New rules that introduce additional responsibility for the owners of online resources have also been introduced into the Administrative Code (Article 22.9 “Violation of the law on mass media”). A fine has been established for the distribution of “prohibited” information. The maximum amount of the fine is 200 base values (about 2,000 euros) for the websites registered as mass media, and 100 base values for the online resources that do not have the media status. At the same time, the legislation does not provide for the list of prohibited information and approaches to its definition. The control over the compliance with legislation on the media in this area has been assigned to police officers.
CRIMINAL PERSECUTION RELATED TO FREEDOM OF EXPRESSION
The “Regnum case”
On February 2, the Minsk City Court made findings of guilt in the criminal case against Yury Pavlovets, Dmitry Alimkin and Sergey Shiptenko, three Belarusian authors who were published in Russian media (the so-called “Regnum case” named after the Russian news agency which had published their articles). The court found them guilty of deliberate actions aimed at inciting national hatred or discord committed by a group of persons (Article 130 (Part 3) of the Criminal Code) and sentenced them to the five years’ imprisonment with a three-year reprieve in the execution of the sentence. The convicts were released in the courtroom. If they do not commit violations of public order during the reprieve and comply with court orders, the court can release them from serving the sentence.
The “Regnum case” was instigated on the basis of a letter of the Ministry of Information to the Investigative Committee about the. The defendants were under arrest for 14 months – from the moment of their detention in December 2016.
“These sentences would be appropriate for dangerous criminals, to deter them from reoffending, but not for bloggers who were prosecuted for expressing controversial views,” said Johann Bihr, the head of Reporters Without Borders’s Eastern Europe and Central Asia desk. “Under international standards on freedom of expression, there is no justification for such disproportionate sentences. We call for their convictions to be overturned on appeal.”
Yury Pavlovets and Sergey Shiptenko appealed the verdict, but the Supreme Court upheld it.
The case of Ales Lipaj, the head of BelaPAN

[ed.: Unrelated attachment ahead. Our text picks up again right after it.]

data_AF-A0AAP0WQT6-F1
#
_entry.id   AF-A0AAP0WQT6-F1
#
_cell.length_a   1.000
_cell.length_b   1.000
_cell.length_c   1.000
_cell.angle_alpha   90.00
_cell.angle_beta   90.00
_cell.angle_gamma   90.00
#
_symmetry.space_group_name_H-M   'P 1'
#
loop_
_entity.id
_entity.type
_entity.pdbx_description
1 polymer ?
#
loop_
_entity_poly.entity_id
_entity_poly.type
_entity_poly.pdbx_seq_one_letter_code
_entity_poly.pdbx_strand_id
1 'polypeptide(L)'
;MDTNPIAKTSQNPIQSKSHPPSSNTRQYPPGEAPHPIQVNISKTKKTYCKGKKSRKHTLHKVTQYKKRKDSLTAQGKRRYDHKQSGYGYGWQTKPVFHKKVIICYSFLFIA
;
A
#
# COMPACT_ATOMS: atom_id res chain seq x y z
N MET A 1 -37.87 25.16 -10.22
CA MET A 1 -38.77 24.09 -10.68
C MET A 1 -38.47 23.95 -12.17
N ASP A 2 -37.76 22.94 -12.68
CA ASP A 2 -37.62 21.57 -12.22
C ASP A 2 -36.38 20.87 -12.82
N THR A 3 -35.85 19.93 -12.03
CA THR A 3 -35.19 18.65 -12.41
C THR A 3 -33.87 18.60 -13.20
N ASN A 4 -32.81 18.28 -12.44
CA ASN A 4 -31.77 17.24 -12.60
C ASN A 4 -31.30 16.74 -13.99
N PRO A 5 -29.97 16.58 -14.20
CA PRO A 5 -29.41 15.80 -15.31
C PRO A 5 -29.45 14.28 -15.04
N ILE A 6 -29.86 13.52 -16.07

On June 12, 2018, a criminal case was instituted against Ales Lipaj, the head of the leading Belarusian independent news agency BelaPAN, on intentional income tax evasion on an especially large scale in 2016-2017 (Article 243 (Part 2) of the Criminal Code of the Republic of Belarus). A search was conducted in the apartment of Ales Lipaj, during which documents and professional equipment were seized. Belarusian human rights organizations have declared the political background of the case and associated it with the general trend of increasing pressure on non-state media and online resources in Belarus.
In early August, the instigation of the “BelTA case”, in which two leading BelaPAN employees were charged, confirmed this conclusion.
Soon, on August 23, Ales Lipaj died at the age of 52. On September 12, the criminal case against him was discontinued in connection with his death.
“The BelTA case” and criminal prosecution of the editor-in-chief of the TUT.by portal Maryna Zolatava
On August 7–9, the editorial offices of the news agency BelaPAN, the portal TUT.BY and several other media outlets, as well as the apartments of some of their employees were searched. During the searches, professional equipment and storage media were seized. About twenty journalists were detained and questioned by investigators; eight of them were sent to the temporary detention center for up to three days.
The reason for the large-scale “special operation” was the unauthorized use by some journalists of the passwords to the subscription-based news feed of the website of the state news agency BelTA. It should be noted that the materials of the BelTA website are in free public access, and the media used them in accordance with the rules set by BelTA.
Nevertheless, criminal cases were initiated against fifteen journalists under Article 349 (Part 2) of the Criminal Code (unauthorized access to computer information, while acting out of other personal interest, causing significant damage).
The actions of the investigators drew protests from human rights activists, journalistic organizations and international bodies including the Council of Europe, the European Union, and the OSCE Representative on Freedom of the Media.
At the end of 2018, criminal cases against fourteen journalists were dropped. The administrative action was brought against them in the form of large fines and an actual coercion to pay compensation to the state-owned media – BelTA and the newspaper of the Presidential Administration, SB Belarus Segodnya. The compensation amounts ranged from 3,000 to 17,000 rubles (1,250 to 7,000 euros). BAJ regards the payment of compensation as a forced step on the part of journalists in order to avoid a much tougher punishment under the criminal article and other adverse consequences associated with criminal liability.
Maryna Zolatava, the editor-in-chief of the online portal TUT.BY was the only defendant charged in the “BelTA case”. Moreover, she was charged under another article – the omission to act (Article 425 of the Criminal Code).
On March 4, the Zavodski district court in Minsk found Maryna Zolatava guilty and sentenced her to a fine of 7,650 rubles (more than 3,000 euros); it also ordered the collection of court fees in the amount of 6,000 rubles (2,500 euros) in favor of BelTA.